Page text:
Reproducing a photo gives you exactly the same utility as the original photo, taking a photo of a building gets you much less utility than the building itself.
If you create clothing, you get royalties (in theory, never in practice) if somebody copies the design but not if somebody takes a photo of somebody wearing the clothes.
P.S.: If I remember it correctly, the photographer in the Obama poster story eventually lost the case. And a poster is used for the same purpose as a photo is, a photo of a building is not used for the same purposes as the building itself is.
skogredd: Eurocrats are the worst enemy of the people in Europe.
If the harmonisation would have gone into the other direction (ie, allowing the commercial use of photos of buildings in all countries, that means, including France) we would be praising the 'Eurocrats'.
If a government does something you don't like, you conclude that governments are bad per se. But if governments do something you like, that doesn't seem to affect your position on whether governments are bad or good (or whether we should have governments at all).
Just look at the decision on roaming just a few days ago.
You misunderstand the term 'public buildings'. This proposed law has nothing to do with who owns a building. The world 'public' here means: Is-visible-from-public-spaces (like roads).
The people pushing for this are architects (as it them, not the buildings owners) who would receive any royalties.
Jon Rista: "**Compatible with TC-14E series teleconverters (AF not possible). Compatible with TC-17E and TC-20E series teleconverters. AF is only available when used with DSLR cameras that offer f/8 support. "
Um, WHAT?? No AF supported with TC-14E? If that is truly the case, then WOW...EPIC FLUB!!! I use Canon for my bird and wildlife photography. I practically live with the 1.4x TC attached to my EF 600mm f/4 L II. If I didn't have the ability to AF with the 1.4x, the lens would have greatly diminished value to me. How in the world could Nikon produce a nice new 600mm lens like this, then totally gimp it by decimating compatibility with the most likely to be used teleconverter?
I'm a big fan of Nikon's newer cameras, and the IQ they deliver. But wow...this is egregious. O_o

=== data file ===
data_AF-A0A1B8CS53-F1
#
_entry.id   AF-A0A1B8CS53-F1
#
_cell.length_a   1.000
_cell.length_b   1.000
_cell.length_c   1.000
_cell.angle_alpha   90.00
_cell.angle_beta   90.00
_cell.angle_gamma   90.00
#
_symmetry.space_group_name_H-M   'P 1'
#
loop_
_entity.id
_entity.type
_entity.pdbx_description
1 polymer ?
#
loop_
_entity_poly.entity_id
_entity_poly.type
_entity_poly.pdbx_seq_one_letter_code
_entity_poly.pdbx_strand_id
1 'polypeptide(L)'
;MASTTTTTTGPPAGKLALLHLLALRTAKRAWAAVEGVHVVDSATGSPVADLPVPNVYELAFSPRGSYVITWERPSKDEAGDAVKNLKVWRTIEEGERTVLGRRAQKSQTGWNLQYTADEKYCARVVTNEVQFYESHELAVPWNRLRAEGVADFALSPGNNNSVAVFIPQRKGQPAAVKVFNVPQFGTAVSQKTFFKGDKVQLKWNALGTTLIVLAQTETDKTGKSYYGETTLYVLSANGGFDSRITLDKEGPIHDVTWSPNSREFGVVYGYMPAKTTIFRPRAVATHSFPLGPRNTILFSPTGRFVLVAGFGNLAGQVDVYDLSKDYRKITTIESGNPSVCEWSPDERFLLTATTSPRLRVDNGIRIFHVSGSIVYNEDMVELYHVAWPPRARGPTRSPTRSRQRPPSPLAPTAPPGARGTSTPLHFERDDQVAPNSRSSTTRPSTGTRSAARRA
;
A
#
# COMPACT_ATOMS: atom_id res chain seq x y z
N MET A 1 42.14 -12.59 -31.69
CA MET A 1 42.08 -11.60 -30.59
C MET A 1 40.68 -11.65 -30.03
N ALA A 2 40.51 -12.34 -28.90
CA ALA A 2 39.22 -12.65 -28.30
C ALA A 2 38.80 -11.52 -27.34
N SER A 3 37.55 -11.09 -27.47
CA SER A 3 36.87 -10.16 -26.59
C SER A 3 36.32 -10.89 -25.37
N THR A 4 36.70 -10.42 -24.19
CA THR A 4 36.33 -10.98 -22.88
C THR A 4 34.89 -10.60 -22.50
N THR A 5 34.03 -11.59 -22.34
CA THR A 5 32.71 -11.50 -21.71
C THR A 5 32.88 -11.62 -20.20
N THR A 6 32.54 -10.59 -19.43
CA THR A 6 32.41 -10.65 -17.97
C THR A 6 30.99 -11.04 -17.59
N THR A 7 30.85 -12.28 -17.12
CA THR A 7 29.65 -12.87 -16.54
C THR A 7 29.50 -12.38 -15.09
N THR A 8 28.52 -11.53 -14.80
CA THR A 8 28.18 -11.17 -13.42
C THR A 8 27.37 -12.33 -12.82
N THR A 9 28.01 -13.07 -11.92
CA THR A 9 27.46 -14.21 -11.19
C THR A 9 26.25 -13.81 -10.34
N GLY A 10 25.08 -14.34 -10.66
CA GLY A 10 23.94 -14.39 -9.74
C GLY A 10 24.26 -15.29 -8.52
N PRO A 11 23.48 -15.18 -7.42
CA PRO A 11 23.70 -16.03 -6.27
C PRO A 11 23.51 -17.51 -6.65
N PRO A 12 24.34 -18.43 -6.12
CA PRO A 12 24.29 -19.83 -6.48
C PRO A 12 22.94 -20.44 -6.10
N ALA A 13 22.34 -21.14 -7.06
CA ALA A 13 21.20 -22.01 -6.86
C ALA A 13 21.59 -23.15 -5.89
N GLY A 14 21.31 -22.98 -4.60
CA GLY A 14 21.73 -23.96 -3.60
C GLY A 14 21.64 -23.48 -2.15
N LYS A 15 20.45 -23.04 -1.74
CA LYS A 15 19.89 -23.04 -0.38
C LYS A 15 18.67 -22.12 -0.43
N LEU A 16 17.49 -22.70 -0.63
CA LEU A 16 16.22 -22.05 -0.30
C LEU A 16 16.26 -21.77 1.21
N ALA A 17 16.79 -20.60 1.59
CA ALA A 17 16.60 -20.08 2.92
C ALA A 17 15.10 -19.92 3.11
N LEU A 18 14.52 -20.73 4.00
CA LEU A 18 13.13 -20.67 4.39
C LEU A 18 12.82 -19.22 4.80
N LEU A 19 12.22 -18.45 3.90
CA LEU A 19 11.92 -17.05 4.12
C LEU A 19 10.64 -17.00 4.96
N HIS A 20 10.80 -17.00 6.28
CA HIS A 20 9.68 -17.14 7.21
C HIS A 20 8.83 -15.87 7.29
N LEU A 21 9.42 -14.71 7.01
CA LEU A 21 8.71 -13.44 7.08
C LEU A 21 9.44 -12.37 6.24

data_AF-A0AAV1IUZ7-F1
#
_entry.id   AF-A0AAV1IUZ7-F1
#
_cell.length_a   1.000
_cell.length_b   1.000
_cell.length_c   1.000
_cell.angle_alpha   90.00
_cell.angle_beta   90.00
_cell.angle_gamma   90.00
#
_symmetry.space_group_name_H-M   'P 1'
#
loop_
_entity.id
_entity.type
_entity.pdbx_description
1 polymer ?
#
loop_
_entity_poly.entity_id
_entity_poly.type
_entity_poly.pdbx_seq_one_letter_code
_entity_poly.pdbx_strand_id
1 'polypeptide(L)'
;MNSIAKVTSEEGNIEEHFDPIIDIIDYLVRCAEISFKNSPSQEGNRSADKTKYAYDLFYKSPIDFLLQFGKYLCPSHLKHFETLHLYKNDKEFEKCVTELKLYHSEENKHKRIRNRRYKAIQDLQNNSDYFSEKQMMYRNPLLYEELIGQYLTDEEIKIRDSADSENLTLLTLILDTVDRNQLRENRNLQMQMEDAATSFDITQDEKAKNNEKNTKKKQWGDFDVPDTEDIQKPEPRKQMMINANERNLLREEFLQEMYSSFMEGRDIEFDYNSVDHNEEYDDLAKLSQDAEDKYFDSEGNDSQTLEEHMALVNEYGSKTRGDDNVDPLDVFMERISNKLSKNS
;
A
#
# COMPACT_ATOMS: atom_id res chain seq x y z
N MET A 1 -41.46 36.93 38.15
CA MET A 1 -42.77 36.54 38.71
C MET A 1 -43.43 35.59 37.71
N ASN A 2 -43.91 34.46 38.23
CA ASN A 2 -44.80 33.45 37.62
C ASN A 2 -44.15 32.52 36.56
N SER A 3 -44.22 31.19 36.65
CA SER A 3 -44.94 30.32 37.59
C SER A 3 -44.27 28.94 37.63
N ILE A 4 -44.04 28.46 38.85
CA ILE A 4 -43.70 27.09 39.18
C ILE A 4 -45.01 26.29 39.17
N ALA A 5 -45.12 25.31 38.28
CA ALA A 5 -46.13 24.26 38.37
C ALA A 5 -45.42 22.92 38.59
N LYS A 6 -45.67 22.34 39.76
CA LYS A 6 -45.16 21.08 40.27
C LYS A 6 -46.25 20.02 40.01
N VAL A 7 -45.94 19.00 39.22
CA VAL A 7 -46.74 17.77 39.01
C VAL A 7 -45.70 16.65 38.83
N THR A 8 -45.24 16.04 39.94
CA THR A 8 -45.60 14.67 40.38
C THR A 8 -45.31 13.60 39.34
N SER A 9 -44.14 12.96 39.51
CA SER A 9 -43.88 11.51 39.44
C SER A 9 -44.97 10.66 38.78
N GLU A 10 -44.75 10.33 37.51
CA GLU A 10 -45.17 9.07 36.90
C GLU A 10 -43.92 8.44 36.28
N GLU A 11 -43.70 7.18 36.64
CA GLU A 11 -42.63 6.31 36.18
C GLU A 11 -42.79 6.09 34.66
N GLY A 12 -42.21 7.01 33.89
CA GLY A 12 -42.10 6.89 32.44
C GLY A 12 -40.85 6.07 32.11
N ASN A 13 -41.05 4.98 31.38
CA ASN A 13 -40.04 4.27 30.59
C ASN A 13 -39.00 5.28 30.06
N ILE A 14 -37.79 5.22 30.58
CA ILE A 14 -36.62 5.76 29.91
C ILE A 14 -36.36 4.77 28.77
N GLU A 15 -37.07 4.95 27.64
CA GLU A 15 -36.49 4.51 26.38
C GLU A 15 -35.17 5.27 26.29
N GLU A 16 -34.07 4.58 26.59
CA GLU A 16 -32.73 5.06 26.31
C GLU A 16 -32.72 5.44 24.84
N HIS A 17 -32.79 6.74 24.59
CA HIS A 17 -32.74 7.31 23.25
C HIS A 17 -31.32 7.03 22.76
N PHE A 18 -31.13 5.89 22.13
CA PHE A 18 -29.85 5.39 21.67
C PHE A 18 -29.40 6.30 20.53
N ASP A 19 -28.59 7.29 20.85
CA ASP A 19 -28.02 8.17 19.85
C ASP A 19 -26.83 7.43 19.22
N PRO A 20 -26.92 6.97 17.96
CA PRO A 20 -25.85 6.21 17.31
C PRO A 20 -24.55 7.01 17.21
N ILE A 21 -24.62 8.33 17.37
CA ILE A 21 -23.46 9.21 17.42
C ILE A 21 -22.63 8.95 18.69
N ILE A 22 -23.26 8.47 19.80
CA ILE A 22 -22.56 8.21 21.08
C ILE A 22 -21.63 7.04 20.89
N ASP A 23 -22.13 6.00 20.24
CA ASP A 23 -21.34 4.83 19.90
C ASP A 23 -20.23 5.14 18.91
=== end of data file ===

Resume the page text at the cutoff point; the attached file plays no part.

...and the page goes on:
Yup, it's the note here at DPreview that improbably claimed the 'AF not possible'.
Imagine, that someone could be you, eg, by starting with Nikon's official website."Compatible accessories: AF-I/AF-S Teleconverters TC-14E/TC-14E II/TC-14 III/ TC-17E II*/TC-20E*/TC-20E II*/TC-20E III** AF possible when attached to f/8-compatible camera body."While it should be blindingly obvious that Nikon wanted to point out that the TC-17 & TC-20 have limitations in that they only allow AF with some cameras, if you throw all common sense into the wind, the formulation could be misunderstood to mean that the TC-14 does not offer AF. That's what happened here, somebody (presumably DPreview) had a momentary lapse and typed something without really thinking about it.
The new 300 mm PF has the same description in regard to TCs, but we all know it does AF with the TC-14E. There is at least one report (on Nikonrumors) of somebody having tested the AF with the new 600 mm + TC-14E III.
If the TC-14E really would allow for AF, there would be other reports, but there aren't.
That is not what the footnote is referring to (though it would be not be completely unexpected). The footnote is explicitly talking about the TC-14E 'series', as well as TC-17E and TC-20E 'series', meaning all the different versions of TC-14E ('I', II, III) and so on. This is made quite clear as the f/8 AF comment applies to all versions of TC-17E and TC-20E.
Scottelly: Obviously Nikon isn't planning to move completely to mirrorless any time soon. I wonder if they'll make a mirrorless line of cameras with m4/3 size sensors to go with (or enhance) their 1 system. Then they'd have 2.7x, 2x, 1.5x (their APS-C DSLR range), and full-frame (like the D4s, D610, D750, and D810) camera bodies.